Each year, alcohol addiction is directly or indirectly responsible for as many as 2.8 million deaths. The causes can be anything from drunk driving to alcohol poisoning. Drinking is very often related to emotions, whether they are celebratory, like at a wedding or birthday party or someone is trying to drown out their feelings of sadness or regret. Alcohol can make people feel better, but often that’s just for a short time. Learn more about the emotions that can lead to alcohol abuse and reach out today for help.
Why Do People Drink Alcohol?
That’s a question that people have been asking for a long time, and the answer is complicated. Some people drink to be social, while others do it to relax. Then there are the people that drink because it makes them feel better. That emotional tie to picking up a beer or bottle is why alcohol use disorder and mental health issues often tend to go hand in hand. Alcohol can numb those feelings and negative thoughts that make life difficult.
How Alcohol Affects Emotions
Technically, alcohol is a depressant, meaning it depresses the central nervous system. That forces the body to release chemicals that help to regulate emotions — specifically serotonin and endorphins.
The effect can lead to a chemical dependency on the drug. In other words, your body starts to depend on that cause and effect scenario to feel good. If you are someone that already experiences certain emotions regularly, that drink can help calm them. Emotions sometimes tied to alcohol use disorder include:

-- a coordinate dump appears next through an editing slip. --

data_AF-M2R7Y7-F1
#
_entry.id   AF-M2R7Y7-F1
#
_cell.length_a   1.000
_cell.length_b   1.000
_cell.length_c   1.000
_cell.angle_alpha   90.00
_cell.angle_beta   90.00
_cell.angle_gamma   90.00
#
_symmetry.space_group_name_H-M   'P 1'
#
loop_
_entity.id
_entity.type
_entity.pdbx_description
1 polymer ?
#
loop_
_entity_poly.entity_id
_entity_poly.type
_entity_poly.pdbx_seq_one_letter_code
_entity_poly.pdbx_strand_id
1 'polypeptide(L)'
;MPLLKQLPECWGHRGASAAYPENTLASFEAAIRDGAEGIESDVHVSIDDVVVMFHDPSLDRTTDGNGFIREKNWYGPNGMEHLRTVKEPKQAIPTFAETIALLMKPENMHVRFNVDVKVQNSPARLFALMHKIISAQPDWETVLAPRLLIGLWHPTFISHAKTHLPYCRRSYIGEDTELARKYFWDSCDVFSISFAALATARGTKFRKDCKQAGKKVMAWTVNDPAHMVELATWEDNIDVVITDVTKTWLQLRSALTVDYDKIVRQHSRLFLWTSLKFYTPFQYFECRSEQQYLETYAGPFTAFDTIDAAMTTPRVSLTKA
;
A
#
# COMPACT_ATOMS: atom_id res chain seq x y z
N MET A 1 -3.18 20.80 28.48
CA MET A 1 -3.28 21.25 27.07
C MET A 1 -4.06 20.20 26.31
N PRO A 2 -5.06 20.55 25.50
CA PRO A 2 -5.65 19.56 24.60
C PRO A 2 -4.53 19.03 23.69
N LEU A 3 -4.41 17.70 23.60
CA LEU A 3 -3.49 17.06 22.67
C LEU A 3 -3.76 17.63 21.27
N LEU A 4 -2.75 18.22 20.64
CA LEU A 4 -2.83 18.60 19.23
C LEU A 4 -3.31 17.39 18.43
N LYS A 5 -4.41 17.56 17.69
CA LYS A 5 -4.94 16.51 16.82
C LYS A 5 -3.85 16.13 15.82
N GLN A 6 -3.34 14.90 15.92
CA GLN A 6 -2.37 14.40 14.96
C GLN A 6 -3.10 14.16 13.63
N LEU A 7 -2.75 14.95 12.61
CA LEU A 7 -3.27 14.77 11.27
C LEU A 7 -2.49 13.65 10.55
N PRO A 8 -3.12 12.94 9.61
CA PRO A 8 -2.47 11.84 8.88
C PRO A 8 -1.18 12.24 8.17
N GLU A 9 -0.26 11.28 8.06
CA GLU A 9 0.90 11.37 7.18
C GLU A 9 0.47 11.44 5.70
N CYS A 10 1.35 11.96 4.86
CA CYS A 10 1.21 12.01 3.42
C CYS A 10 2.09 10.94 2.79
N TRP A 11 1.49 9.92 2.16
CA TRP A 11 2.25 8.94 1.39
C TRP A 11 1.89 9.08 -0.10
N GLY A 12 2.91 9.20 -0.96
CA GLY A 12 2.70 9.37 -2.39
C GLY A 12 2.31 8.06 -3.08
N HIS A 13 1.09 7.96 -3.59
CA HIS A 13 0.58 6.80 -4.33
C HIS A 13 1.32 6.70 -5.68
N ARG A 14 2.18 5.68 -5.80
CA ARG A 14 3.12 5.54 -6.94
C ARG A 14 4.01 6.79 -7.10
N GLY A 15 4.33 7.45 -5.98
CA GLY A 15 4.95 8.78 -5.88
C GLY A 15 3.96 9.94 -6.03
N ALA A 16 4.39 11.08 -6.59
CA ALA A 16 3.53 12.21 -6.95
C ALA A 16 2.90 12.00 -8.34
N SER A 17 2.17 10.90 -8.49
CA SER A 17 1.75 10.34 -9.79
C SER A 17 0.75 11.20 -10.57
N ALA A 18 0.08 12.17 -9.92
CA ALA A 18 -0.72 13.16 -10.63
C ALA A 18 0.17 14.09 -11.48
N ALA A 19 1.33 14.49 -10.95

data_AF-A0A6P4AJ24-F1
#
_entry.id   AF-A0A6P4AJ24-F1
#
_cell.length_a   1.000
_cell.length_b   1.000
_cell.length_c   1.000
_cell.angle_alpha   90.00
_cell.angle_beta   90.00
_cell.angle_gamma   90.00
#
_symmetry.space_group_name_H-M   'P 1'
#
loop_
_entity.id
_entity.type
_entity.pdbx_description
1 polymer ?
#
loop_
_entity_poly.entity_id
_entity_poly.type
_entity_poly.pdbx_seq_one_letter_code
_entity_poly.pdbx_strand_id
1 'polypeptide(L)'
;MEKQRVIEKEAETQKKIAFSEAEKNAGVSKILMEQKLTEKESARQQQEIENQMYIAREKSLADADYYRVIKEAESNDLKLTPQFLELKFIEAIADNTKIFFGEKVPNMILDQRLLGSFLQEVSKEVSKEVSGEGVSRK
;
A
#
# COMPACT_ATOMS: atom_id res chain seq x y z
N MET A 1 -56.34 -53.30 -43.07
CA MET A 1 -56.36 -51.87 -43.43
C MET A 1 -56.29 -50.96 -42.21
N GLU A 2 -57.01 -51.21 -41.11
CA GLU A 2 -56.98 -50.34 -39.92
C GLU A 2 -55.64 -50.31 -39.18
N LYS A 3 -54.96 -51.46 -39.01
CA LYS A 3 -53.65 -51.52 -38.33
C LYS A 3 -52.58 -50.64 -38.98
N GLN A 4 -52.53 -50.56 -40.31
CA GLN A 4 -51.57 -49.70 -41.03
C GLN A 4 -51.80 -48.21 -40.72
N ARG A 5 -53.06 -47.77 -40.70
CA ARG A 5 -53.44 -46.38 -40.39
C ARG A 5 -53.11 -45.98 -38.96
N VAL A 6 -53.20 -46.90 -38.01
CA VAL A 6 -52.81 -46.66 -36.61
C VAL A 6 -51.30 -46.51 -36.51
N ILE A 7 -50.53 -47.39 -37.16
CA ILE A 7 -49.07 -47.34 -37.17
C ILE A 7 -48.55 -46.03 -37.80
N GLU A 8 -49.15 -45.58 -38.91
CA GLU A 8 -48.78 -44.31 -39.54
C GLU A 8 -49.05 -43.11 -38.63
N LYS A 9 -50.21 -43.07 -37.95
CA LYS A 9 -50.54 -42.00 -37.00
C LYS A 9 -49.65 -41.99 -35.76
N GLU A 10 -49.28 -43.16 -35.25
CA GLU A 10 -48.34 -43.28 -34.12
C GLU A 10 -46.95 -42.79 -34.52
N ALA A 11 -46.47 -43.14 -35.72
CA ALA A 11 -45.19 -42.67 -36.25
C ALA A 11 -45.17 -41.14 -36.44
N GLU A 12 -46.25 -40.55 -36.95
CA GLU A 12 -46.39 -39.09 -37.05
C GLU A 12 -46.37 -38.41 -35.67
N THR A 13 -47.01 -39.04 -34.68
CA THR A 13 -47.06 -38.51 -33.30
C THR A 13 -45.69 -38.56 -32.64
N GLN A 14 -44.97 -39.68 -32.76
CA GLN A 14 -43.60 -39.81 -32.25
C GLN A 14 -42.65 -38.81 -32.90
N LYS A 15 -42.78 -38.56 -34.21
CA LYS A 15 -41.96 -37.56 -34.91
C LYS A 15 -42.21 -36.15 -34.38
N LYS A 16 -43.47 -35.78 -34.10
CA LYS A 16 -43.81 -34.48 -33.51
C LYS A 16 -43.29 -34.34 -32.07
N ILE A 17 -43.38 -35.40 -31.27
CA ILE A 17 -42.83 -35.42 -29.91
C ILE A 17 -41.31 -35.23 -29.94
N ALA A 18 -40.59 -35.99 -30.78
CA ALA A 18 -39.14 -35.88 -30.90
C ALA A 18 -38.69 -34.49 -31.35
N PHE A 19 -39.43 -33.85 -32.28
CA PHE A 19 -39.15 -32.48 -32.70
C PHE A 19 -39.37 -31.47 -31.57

Ignoring how you feel can make it easy to self-medicate with alcohol to get relief from the negativity that you live with each day.
What Is Alcohol Addiction?
Today, experts refer to it as alcohol use disorder. Broadly, it means that you drink alcohol despite any mental or physical consequences. There are two types of alcohol use disorder.
Alcohol abuse means you have unhealthy drinking habits that impact your life. Alcohol dependence indicates the brain is dependant on alcohol, so when you don’t drink, you develop withdrawal symptoms such as shakes, nausea, and headaches. Those in severe withdrawal may experience life-threatening delirium tremens and seizures.
Both alcohol abuse and alcohol dependence relate to emotions and alcohol addiction. They also both require treatment. San Antonio Recovery Center (SARC) is an independent drug and alcohol treatment center with staff specializing in alcohol use disorder. Our staff consists of some of the most dedicated and understanding men and women in the industry. They are able to see the connection between emotions and alcohol addiction.
The San Antonio Recovery Center focuses on the 12-step philosophy for recovery. We offer an affordable program that includes:
SARC also provides dual diagnosis support for those with mental health issues that might be contributing to their alcohol use disorder. With dual diagnosis treatment, you get help for both alcohol addiction and the psychological issues that might contribute to it at the same time.
Without dual diagnosis treatment, the link between your emotions and alcohol addiction will still exist as you work toward recovery. Getting treatment for them at the same time helps reduce the risks of you drinking again to self-medicate.
Contact San Antonio Recovery Center
SARC helps you find the path to recovery and break free from your need for alcohol. In addition, we offer programs that give you an alternative way to deal with strong emotions, such as yoga, exercise, and meditation.